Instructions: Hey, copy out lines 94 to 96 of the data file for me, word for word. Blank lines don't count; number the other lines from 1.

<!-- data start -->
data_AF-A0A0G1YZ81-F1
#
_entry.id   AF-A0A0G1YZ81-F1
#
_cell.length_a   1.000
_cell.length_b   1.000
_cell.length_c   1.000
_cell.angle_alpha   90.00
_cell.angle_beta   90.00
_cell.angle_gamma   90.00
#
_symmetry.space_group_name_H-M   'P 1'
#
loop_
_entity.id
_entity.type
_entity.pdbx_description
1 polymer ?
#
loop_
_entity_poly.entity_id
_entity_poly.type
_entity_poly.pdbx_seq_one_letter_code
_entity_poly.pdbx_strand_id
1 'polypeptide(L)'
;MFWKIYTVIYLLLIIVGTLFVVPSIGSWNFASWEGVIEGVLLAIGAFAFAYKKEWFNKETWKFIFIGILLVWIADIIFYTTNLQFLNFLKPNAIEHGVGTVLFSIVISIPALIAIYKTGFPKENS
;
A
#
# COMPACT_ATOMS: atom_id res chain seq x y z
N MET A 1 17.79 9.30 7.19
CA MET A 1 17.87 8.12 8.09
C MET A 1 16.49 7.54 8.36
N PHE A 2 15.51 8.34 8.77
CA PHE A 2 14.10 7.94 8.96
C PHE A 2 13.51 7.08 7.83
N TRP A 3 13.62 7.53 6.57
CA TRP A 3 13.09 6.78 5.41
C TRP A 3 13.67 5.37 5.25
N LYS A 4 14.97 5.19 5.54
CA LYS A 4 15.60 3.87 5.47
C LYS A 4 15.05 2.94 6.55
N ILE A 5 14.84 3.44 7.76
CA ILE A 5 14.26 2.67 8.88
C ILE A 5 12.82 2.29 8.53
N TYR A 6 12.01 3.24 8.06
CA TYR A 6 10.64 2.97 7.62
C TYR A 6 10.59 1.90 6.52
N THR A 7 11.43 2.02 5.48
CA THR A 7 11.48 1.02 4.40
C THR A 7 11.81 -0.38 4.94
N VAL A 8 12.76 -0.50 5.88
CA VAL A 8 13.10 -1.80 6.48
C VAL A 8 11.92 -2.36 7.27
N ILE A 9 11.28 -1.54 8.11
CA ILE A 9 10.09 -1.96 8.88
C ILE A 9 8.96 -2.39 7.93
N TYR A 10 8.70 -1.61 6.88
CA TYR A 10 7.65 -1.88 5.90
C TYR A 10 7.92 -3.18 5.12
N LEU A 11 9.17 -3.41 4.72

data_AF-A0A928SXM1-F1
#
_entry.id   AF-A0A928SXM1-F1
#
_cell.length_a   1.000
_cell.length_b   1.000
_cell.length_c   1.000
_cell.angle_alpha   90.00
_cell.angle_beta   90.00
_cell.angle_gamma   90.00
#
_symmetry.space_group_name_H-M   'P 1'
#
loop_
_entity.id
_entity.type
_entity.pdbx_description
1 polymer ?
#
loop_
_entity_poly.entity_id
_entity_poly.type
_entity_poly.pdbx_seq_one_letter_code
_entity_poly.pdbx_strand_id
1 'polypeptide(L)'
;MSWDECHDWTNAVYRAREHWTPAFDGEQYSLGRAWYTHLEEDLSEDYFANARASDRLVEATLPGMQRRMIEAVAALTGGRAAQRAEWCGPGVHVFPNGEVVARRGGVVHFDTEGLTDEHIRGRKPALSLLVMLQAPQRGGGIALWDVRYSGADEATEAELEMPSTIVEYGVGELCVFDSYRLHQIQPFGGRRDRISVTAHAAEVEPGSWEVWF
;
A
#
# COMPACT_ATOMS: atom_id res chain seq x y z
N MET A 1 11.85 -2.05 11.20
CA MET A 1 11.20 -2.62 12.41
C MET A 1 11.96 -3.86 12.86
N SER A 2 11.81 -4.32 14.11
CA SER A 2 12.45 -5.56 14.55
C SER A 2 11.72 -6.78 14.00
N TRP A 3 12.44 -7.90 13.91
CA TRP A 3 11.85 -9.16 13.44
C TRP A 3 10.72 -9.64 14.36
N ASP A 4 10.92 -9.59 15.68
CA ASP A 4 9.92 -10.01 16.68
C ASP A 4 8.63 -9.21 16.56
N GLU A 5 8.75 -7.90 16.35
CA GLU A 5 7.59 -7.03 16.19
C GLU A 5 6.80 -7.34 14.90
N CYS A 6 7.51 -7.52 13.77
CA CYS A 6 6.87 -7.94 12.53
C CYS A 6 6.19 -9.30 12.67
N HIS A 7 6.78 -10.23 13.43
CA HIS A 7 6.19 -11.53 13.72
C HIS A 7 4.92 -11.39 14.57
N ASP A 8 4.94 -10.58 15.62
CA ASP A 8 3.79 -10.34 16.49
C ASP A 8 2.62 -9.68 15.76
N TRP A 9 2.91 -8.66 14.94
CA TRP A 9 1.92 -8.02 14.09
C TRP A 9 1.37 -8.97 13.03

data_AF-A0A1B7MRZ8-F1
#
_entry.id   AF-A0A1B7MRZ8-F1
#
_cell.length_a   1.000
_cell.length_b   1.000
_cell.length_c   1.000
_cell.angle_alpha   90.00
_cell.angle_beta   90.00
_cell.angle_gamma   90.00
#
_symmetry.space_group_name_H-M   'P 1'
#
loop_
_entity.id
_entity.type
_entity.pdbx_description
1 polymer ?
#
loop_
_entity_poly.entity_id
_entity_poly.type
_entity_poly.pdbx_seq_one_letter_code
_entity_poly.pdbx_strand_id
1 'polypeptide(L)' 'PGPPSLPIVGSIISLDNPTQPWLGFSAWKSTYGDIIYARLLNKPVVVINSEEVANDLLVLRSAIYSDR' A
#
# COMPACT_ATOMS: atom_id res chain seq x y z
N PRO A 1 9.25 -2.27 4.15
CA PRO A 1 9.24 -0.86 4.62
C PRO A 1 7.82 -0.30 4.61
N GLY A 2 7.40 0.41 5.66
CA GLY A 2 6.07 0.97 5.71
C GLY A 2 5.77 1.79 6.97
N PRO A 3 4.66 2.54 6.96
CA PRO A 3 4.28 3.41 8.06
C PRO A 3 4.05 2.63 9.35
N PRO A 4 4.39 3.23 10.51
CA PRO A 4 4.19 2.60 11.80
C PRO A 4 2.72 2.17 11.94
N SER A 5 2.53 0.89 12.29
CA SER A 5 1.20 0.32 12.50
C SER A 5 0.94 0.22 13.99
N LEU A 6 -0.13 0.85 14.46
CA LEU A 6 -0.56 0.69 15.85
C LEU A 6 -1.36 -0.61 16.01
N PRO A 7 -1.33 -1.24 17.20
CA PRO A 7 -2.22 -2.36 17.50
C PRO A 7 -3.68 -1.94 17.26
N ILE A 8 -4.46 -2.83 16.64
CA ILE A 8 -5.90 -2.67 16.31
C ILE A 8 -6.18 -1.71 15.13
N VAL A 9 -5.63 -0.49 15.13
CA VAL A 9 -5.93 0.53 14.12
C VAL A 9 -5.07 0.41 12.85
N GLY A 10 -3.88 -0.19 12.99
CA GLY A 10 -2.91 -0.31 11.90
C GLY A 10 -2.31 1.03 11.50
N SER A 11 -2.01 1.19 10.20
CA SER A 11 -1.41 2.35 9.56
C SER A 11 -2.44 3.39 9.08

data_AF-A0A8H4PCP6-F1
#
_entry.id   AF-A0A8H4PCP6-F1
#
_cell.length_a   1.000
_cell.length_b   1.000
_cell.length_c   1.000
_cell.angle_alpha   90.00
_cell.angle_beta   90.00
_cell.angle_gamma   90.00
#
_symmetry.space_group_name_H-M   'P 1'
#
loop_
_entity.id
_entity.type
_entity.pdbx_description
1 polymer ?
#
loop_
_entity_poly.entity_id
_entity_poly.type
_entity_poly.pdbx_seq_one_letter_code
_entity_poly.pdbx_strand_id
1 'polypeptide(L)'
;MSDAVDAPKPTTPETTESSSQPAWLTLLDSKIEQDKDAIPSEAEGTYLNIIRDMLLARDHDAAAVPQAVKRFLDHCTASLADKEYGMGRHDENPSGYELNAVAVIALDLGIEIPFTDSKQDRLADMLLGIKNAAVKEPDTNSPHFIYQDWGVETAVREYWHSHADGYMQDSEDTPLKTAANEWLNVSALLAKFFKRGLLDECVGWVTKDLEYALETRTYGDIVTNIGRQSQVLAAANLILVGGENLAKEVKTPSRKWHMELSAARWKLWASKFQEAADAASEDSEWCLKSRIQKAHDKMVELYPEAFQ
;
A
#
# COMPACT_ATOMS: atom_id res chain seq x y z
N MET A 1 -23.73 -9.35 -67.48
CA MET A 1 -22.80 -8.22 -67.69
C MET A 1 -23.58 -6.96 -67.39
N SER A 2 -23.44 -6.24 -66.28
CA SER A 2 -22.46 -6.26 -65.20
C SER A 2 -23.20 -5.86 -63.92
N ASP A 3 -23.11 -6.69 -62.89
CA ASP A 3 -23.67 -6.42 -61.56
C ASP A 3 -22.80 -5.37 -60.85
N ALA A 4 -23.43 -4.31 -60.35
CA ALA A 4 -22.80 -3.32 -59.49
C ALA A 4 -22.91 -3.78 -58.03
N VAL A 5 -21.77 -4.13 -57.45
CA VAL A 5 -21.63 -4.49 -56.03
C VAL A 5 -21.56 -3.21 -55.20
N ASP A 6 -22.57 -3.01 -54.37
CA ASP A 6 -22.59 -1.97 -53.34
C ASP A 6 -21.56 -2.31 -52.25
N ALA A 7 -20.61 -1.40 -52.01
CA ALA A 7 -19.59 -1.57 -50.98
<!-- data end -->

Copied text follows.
C MET A 1 11.96 -3.86 12.86
N SER A 2 11.81 -4.32 14.11
CA SER A 2 12.45 -5.56 14.55